What if?

Tunisia. Egypt. Libya. Yemen. Iraq. Oman. Bahrain. Algeria. Morocco. Jordan. What sounds like a list of agency locations across the region is really a country by country trail of the Arab uprisings of 2011. It all started in a small Tunisian town and fueled by the Arab youth’s power to communicate, build momentum and gather information and disseminate rhetoric via the internet and on the street until it became a tumbleweed of a game changer. Often, heads of states have fallen, and in others, change of governments or of those wielding power at ministry levels have been brought on by the people in the squares, on the streets.

It took one frustrated, angry vegetable seller in Tunisia who set him ablaze to usher in the ‘Jasmine Revolution’ in Tunisia – the kick starter. Then, in nation after Arab nation, the youth armed themselves with mobile phones and computers, and brought down the power of the gun toting mighty. The pen vs the sword. And the pen (or mouse) won without fail (even as we’re watching what’s unfolding in Libya).

For the first time, collectively at least, this part of the world has woken up to the power of social and political mobilization via social media. One ‘protester’ from Egypt told me how ‘yet another time America had helped change the goalposts in the Middle East’ this time without flying in troops and tanks. “After all, twitter and facebook are American” he explained. I’ve known Bassem (name changed) for a few years. He has been fiercely anti-American. This time around there was almost a quiet acceptance of a helping hand in the form of technology.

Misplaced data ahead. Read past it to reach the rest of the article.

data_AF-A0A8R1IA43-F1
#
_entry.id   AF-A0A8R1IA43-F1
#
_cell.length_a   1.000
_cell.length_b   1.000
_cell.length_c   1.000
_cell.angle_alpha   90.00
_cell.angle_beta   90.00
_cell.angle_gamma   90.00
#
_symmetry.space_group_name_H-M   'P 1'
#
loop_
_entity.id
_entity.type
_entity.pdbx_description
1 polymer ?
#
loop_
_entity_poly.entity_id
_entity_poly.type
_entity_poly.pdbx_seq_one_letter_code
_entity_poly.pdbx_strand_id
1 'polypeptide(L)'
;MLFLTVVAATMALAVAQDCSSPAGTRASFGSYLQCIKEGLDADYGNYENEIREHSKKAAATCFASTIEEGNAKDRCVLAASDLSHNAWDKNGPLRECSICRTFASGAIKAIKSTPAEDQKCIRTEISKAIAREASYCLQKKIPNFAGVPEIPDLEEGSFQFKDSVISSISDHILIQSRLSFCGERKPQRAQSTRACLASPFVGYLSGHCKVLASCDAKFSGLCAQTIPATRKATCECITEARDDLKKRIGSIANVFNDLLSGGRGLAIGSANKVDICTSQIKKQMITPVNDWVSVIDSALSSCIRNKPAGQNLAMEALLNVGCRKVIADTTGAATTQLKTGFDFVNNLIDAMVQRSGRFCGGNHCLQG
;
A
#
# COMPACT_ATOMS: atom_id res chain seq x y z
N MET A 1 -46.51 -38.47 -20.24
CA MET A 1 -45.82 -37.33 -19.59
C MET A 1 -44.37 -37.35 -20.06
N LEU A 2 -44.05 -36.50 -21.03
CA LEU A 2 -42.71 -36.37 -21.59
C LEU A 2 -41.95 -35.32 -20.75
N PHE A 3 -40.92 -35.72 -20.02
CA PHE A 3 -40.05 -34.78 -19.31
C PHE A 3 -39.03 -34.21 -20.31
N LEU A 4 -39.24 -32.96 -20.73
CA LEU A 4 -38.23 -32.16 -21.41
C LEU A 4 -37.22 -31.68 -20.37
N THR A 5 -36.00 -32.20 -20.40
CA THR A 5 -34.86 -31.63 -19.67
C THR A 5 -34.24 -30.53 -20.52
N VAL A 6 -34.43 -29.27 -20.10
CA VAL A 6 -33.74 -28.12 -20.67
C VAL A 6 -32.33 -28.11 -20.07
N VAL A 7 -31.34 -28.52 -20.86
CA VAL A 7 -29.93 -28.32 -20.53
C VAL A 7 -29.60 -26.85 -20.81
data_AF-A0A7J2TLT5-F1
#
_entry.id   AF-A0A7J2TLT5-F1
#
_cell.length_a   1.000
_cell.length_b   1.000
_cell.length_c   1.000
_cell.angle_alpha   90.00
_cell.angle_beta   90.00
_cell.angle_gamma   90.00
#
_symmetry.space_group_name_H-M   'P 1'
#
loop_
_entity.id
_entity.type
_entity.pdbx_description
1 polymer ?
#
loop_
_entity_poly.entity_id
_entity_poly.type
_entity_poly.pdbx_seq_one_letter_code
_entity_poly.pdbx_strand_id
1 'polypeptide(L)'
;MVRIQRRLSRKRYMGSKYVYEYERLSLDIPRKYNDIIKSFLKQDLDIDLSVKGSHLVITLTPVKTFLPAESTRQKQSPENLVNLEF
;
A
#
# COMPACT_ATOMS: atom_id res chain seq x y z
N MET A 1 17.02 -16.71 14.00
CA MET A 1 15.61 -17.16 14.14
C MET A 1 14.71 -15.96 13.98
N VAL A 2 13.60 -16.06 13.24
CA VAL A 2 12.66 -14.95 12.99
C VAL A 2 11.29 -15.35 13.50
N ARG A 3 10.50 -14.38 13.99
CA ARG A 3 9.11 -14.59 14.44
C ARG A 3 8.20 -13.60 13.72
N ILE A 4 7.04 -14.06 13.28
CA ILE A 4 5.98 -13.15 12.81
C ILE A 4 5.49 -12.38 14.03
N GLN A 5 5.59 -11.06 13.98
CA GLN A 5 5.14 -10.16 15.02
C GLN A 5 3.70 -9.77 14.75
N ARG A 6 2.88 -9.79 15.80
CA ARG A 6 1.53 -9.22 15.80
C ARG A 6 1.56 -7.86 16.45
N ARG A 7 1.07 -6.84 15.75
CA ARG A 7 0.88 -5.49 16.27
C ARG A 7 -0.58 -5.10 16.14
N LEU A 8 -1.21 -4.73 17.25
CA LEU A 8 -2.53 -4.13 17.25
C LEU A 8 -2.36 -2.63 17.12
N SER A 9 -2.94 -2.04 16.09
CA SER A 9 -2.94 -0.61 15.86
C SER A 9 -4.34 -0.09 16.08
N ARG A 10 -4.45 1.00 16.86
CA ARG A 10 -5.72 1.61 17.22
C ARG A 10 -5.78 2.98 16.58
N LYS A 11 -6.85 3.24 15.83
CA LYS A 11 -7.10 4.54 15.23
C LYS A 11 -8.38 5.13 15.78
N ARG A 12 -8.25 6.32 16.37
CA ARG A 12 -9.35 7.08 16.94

Social media and technology of communicating beyond the print and broadcast media is enabling freedom of speech to levels unprecedented in the region. “People are creating their own channels, most of which are beyond any censorships” observed Fadi Salameh, CEO at MCN and a media guy at heart. “I believe this may change where and how we target these demographics as media planers, down the line when everything has settled” he added.

And one more. With all this grasping of the powers that reside between the tweets and the facebook posts, I wonder (and frankly fear) the Sword of Damocles that the powers that be at these social media HQs will face. How will this freedom of speech, open channel networking, and the absence of censorship or control stand up and be counted when (and not if, is my fear) it’s used by the ‘people’ on the ‘wrong side’? After all, freedom of speech and social media can be radicalized. 140c at a time.

1 comments :

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